Keith, who teaches in a fashionable American private school, is of interest as he has been both the younger, and the older, partner in a paedophile relationship. He writes:
I myself was loved by a man when he was twenty-six and I was thirteen. Having read that, many critics would immediately carp, ‘Aha –- he learned to be a pederast by the example of this older man.’ Nothing could be further from the truth, for I can remember looking lasciviously at an age-mate’s rear when I was a mere five years old; and I got caught looking at the other “parts” of a different age-mate, in a different city, when I was eight. What I did learn from this man, however, was that sex was fun and an emotional attachment made it all even better. I believe that he taught me, at least in my beginning stages, how to love another person. I was a pederast long before I met him!
I have always been very active, sexually. When I wasn’t playing doctor with friends, I was developing my fantasy life and wondering what it would be like to grow hair “down there”. When I did mature, at about age twelve and a half, it was like the world was beginning to make sense, to take on purpose and meaning. Other people were beginning to become very important to me, and in turn, they were noticing me as an individual person, no longer a “child” to be lumped together with all the other kids. My adolescence was a most invigorating experience; I found that I enjoyed the company of both girls and boys, and that my response to boys was tinged with excitement and a certain mysterious feeling which still, at thirty-four, evades description.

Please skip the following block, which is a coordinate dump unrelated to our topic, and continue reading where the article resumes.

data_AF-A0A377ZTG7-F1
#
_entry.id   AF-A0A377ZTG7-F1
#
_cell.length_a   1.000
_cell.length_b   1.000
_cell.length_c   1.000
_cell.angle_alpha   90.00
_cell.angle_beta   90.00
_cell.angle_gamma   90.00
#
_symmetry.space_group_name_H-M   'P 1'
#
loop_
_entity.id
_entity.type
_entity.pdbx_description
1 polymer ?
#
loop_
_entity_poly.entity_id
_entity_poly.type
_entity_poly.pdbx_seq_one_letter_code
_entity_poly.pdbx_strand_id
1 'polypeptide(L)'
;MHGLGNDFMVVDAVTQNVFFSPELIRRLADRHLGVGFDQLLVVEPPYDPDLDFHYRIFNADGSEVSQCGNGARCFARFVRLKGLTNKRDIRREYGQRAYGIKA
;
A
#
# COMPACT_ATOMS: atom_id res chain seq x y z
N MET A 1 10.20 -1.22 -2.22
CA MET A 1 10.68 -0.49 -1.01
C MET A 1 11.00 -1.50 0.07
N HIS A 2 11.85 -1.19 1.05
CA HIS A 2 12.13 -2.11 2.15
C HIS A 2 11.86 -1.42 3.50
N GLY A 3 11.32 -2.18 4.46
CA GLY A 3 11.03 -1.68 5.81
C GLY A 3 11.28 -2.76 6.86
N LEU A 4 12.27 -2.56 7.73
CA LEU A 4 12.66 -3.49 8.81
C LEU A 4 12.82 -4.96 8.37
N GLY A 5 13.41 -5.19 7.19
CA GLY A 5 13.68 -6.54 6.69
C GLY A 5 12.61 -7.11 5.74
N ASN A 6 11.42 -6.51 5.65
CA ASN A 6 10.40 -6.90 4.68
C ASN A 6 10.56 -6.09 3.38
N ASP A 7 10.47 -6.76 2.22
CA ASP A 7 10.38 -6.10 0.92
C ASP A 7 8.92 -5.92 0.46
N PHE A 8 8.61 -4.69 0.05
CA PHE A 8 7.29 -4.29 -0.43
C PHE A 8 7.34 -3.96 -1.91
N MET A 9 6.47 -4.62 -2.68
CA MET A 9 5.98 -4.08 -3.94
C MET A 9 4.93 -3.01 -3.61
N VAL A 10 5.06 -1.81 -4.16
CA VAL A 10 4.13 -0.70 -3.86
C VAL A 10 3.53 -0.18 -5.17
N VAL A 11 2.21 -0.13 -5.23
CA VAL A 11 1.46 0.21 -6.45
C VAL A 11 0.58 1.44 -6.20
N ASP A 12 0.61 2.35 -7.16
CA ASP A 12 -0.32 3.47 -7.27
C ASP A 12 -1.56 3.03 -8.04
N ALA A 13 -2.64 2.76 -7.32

I regard my meeting with Mr S., then aged twenty-six, as a critical turning point in my love-life. Until then, sex was fun, felt good and left me only moderately guilty. The guilt was probably a result of a very prudish rearing, which for a time had me believing that “if it was fun, it was bad.” This was not the exclusive fault of my parents, but was rather my understanding of what everyone I knew was telling me. Fortunately, I suppose, specific sex acts were never discussed as such in my family and I soon realised that I was feeling guilty not because I was doing something wrong, but only because if I were to get caught, my parents would be disappointed. I had a persistent and pervasive feeling that what I was doing was right for me and I decided that my only responsibility was to keep my activities unknown to my parents, for they simply wouldn’t understand.
Mr S. co-operated in this subterfuge, to my delight, and once I approached him (yes –- I approached him) with my thirteen-year-old impatience for intimacy, he told no one, responded positively to my shaky advances (didn’t even laugh at me!) and simply embraced me, in every sense of the word, surrounding me with flexible yet steady security and self-assuredness. He fed my ego with compliments, opened up my knowledge of a gay society which I had no idea existed, and proved to me that I was not the only one in the world who was planning to make a career of the sexual activities which were “only a phase” in all my buddies.
Here was a masculine adult man (happily married, even), who was interested in doing with me what I was already finding exciting with my boy-friends. And through this relationship a new dimension was added to my experience which had not occurred to me before tenderness, affection and love. It may well be that the tenderness, affection and love were actually more my contribution than his -– it’s difficult to say from this distance in time. But it doesn’t really matter; the important thing is that he allowed and encouraged affection, which was two-way from the start, and it became an integral part of the relationship. This affection was, in its way, just as satisfying as the ecstatic orgasms that punctuated our days and nights together.
I regard this man, this relationship as a turning point because I was never the same after knowing him for two years. I was more in tune with myself after that…